The trial court did not err by admitting a videotape of a controlled buy as substantive evidence where the State laid a proper foundation for the videotape. The court rejected the defendant’s argument that the State was required to proffer a witness to testify that the tape accurately depicted the events in question.

The trial court erred by allowing the State to introduce three photographs, which were part of a surveillance video, when the photographs were not properly authenticated. However, given the evidence of guilt, no plain error occurred.

In an armed robbery case, the trial court did not err by admitting three photographs of the defendant and his tattoos, taken at the jail after his arrest. The photographs were properly authenticated where the officer who took them testified about the procedure used and that they fairly and accurately depicted the defendant’s tattoo as it appeared when he was in custody.

In this drug case where the defendant denied being the perpetrator and suggested that the drugs were sold by one of his sons, the State failed to properly authenticate two photographs used in photographic lineups as being of the defendant’s sons. An informant involved in the drug buy testified that he had purchased drugs from the people depicted in the photos on previous occasions but not on the occasion in question. The State then offered an officer to establish that the photos depicted the defendant’s sons. However, the officer testified that he wasn’t sure that the photos depicted the defendant’s sons. Given this lack of authentication, the court also held that the photos were irrelevant and should not have been admitted.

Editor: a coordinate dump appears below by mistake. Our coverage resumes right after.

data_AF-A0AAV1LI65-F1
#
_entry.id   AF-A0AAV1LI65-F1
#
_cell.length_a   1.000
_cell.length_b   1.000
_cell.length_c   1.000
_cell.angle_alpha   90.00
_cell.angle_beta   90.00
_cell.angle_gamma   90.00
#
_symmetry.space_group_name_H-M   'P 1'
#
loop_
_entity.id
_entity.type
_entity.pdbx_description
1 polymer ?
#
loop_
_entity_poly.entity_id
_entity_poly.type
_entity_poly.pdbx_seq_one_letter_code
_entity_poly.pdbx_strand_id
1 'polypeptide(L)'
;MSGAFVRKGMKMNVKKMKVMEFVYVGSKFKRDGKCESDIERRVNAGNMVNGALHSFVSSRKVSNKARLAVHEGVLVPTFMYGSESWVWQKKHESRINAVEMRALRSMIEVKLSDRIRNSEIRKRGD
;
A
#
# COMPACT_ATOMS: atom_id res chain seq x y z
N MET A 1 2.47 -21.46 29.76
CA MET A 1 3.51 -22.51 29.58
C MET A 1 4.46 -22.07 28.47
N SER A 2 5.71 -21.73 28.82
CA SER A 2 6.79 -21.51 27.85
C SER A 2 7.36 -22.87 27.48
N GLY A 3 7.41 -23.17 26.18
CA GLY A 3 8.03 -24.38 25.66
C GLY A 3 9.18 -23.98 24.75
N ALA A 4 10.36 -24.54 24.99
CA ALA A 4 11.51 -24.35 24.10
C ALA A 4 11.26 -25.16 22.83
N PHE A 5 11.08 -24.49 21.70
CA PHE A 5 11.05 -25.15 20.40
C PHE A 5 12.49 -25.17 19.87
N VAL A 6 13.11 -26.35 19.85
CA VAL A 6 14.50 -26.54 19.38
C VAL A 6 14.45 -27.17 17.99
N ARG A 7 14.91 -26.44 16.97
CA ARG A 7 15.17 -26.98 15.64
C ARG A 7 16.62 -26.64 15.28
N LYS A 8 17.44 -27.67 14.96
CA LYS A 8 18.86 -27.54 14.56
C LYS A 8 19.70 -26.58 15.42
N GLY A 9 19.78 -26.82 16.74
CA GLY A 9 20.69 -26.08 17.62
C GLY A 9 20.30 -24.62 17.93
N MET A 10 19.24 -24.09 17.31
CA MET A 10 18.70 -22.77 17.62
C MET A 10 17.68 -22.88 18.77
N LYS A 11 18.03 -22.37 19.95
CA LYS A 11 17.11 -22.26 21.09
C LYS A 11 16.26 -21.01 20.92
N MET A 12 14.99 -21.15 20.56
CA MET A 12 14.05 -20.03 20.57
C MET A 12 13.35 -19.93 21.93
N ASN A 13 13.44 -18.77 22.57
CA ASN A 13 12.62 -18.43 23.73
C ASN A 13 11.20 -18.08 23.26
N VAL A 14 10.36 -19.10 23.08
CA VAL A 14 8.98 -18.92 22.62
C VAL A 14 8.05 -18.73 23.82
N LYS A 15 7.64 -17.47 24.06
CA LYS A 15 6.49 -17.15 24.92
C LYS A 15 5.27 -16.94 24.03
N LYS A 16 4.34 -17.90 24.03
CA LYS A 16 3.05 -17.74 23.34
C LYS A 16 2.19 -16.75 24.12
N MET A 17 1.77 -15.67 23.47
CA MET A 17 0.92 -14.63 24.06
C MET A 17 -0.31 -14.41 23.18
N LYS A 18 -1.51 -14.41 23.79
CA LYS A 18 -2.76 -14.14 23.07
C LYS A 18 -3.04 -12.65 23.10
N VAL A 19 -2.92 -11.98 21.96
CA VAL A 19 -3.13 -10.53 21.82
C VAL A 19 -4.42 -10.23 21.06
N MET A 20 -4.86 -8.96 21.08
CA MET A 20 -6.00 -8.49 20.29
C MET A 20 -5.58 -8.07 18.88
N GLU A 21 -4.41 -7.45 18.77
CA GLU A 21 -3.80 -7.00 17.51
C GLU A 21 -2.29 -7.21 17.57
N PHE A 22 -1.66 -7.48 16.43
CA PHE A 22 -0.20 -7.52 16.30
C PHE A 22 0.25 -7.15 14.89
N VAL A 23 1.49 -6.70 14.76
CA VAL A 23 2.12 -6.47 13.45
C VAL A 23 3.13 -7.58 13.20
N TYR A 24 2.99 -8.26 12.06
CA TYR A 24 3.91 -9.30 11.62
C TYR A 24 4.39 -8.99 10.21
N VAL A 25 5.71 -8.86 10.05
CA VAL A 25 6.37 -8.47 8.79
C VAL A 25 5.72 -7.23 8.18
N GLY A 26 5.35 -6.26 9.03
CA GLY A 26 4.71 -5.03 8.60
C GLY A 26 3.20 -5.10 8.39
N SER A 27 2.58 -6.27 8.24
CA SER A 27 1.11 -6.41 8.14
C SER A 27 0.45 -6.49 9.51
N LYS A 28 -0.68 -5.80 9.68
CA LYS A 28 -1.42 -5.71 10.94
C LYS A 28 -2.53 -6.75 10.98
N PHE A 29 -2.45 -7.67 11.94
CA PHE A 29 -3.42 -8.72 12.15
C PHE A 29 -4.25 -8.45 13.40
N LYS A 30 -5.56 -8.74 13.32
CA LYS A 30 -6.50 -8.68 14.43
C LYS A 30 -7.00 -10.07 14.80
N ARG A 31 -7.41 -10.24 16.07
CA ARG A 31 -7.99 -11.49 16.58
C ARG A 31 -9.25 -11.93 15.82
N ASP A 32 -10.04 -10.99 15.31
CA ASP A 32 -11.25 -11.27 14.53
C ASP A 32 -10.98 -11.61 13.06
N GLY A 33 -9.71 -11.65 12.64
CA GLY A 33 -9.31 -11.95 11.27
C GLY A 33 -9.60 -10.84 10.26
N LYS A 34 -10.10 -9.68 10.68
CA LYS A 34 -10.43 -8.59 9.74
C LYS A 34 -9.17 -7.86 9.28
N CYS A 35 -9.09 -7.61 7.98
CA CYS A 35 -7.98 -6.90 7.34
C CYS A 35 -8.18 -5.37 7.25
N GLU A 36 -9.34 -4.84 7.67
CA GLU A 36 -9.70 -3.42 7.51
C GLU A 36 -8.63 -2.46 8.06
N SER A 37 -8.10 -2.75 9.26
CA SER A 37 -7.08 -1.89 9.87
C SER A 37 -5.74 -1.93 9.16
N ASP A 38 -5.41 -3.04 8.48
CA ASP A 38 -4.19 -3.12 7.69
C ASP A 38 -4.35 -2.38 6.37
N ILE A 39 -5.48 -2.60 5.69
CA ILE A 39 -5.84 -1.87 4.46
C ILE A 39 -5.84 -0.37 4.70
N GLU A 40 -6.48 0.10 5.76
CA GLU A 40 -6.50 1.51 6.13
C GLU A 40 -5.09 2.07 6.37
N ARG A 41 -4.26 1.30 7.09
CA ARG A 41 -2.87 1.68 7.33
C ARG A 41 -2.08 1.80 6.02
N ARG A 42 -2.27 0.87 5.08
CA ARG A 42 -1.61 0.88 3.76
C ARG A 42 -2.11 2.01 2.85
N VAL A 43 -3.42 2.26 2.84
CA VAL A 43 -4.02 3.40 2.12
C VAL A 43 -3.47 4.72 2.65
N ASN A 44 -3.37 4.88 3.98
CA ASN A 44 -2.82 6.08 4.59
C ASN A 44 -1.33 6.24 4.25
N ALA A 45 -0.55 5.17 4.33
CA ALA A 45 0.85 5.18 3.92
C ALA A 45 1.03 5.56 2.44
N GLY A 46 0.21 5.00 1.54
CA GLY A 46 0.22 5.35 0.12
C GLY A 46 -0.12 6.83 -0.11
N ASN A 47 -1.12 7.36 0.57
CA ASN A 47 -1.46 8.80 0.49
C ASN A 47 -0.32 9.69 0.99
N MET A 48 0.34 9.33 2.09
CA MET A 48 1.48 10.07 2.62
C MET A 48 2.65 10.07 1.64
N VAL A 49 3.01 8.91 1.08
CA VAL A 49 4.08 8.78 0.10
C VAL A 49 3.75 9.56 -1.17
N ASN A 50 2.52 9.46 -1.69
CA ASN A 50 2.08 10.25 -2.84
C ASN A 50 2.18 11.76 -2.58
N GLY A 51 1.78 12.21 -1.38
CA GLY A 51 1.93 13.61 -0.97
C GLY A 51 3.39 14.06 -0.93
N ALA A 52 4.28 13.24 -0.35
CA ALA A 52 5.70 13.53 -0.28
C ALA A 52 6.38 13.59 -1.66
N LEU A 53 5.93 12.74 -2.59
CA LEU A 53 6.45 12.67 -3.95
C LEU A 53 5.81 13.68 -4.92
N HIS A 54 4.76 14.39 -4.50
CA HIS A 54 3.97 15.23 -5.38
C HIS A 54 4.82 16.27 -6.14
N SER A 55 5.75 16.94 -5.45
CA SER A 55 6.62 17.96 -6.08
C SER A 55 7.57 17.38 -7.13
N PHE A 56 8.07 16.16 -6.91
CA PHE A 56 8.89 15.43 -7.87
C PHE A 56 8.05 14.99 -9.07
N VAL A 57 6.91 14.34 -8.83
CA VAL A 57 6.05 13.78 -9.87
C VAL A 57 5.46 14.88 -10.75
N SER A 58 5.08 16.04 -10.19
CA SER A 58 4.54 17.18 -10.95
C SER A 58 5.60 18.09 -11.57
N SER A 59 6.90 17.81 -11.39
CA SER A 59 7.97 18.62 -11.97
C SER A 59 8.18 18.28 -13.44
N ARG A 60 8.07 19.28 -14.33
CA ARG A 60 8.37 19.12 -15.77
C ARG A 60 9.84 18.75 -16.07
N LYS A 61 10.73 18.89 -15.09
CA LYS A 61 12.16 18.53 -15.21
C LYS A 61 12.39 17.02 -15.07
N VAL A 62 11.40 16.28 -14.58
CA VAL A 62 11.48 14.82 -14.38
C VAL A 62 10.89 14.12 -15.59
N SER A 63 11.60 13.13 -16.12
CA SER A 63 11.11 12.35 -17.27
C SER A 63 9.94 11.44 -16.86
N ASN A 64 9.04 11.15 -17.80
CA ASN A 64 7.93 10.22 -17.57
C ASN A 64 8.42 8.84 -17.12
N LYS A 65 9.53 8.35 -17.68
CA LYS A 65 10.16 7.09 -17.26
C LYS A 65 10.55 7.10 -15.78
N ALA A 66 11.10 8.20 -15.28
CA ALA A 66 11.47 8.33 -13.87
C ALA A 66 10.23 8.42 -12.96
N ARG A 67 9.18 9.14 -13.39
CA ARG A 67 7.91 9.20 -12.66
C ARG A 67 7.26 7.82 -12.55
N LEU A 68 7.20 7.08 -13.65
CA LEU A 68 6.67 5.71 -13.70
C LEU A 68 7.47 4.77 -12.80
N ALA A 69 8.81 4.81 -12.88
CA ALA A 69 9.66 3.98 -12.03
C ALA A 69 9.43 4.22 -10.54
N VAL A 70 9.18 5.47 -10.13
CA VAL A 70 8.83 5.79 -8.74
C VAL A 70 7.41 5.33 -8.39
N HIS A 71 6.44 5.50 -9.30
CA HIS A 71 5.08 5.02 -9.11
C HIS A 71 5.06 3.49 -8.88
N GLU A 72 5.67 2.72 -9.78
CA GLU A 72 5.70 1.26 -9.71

The trial court erred by allowing the State to introduce three photographs, which were part of a surveillance video, when the photographs were not properly authenticated. However, given the evidence of guilt, no plain error occurred.

In this violation of a DVPO case, screenshots of Facebook posts were authenticated by sufficient circumstantial evidence showing that the screenshots in fact depicted Facebook posts and that the comments in the post were made by the defendant such that the screenshots were properly admitted into evidence.  Shortly before the defendant was scheduled to be released from prison, the victim renewed a DVPO prohibiting him from contacting her.  Soon after his release, the victim began receiving phone calls from a blocked number and Facebook comments from her daughter’s account that the victim believed were written by the defendant rather than her daughter.  These communications were the basis for the DVPO violation at issue.